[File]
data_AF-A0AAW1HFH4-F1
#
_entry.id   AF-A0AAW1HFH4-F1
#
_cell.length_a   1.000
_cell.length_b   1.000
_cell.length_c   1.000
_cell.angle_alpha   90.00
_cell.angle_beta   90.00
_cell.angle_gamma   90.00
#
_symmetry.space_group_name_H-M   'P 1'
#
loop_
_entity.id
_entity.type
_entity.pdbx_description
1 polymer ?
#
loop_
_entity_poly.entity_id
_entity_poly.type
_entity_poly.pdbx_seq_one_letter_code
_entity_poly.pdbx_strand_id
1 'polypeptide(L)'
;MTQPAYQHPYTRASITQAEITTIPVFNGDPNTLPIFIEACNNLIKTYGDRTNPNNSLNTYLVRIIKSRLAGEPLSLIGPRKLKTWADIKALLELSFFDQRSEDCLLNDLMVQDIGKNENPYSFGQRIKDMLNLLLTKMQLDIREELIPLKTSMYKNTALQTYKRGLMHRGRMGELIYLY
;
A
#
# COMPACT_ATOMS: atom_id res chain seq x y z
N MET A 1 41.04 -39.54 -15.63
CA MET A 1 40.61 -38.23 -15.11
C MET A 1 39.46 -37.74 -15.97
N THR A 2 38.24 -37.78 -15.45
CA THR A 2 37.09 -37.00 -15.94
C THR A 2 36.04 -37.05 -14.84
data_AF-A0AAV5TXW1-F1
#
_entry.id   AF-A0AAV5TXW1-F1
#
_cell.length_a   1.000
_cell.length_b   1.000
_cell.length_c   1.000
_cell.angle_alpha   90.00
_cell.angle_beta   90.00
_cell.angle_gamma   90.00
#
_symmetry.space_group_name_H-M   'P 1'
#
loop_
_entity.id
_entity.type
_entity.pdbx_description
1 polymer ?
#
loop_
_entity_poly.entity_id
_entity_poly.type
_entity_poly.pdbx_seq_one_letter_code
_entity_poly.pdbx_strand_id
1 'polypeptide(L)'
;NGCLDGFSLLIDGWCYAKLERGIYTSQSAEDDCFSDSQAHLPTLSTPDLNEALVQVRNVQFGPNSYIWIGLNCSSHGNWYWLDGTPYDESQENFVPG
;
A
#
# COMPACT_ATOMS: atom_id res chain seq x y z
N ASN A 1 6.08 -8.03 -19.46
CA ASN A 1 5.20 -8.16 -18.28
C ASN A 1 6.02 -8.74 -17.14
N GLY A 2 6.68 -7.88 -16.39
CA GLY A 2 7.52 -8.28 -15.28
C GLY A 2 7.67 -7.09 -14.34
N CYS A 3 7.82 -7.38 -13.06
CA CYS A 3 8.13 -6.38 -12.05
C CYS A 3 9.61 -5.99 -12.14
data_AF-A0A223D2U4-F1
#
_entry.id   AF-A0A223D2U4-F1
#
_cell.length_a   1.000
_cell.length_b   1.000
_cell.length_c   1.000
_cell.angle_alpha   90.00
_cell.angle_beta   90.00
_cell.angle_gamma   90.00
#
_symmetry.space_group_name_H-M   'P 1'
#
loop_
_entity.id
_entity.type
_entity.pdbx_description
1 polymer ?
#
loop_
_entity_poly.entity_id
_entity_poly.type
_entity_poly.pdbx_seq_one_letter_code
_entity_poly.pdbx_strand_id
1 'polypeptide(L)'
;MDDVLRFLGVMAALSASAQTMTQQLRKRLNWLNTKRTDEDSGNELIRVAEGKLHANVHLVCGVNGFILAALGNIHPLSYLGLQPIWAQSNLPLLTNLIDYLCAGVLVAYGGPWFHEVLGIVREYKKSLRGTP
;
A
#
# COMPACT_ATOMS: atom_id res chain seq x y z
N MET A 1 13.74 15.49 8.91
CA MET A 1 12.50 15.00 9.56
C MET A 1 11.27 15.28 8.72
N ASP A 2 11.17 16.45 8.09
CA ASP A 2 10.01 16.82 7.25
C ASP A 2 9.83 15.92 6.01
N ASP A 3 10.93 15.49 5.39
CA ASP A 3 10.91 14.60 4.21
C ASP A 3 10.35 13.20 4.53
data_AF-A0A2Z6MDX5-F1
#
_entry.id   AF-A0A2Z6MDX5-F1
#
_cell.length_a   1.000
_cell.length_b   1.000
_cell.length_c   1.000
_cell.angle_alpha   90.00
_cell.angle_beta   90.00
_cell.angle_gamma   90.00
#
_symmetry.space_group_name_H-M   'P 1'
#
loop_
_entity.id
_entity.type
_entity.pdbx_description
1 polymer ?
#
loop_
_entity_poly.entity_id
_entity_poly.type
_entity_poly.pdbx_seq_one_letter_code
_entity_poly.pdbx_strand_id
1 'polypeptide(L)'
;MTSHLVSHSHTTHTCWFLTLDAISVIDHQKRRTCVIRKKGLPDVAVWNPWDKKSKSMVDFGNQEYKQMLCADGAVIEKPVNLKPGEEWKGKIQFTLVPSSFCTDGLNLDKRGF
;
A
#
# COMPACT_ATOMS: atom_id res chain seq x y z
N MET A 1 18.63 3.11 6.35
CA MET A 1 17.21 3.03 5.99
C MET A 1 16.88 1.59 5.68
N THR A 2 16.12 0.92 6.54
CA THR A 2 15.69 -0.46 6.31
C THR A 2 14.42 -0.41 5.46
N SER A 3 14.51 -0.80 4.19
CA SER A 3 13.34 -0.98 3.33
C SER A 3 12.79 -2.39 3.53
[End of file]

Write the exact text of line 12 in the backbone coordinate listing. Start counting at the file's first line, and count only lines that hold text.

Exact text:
_symmetry.space_group_name_H-M   'P 1'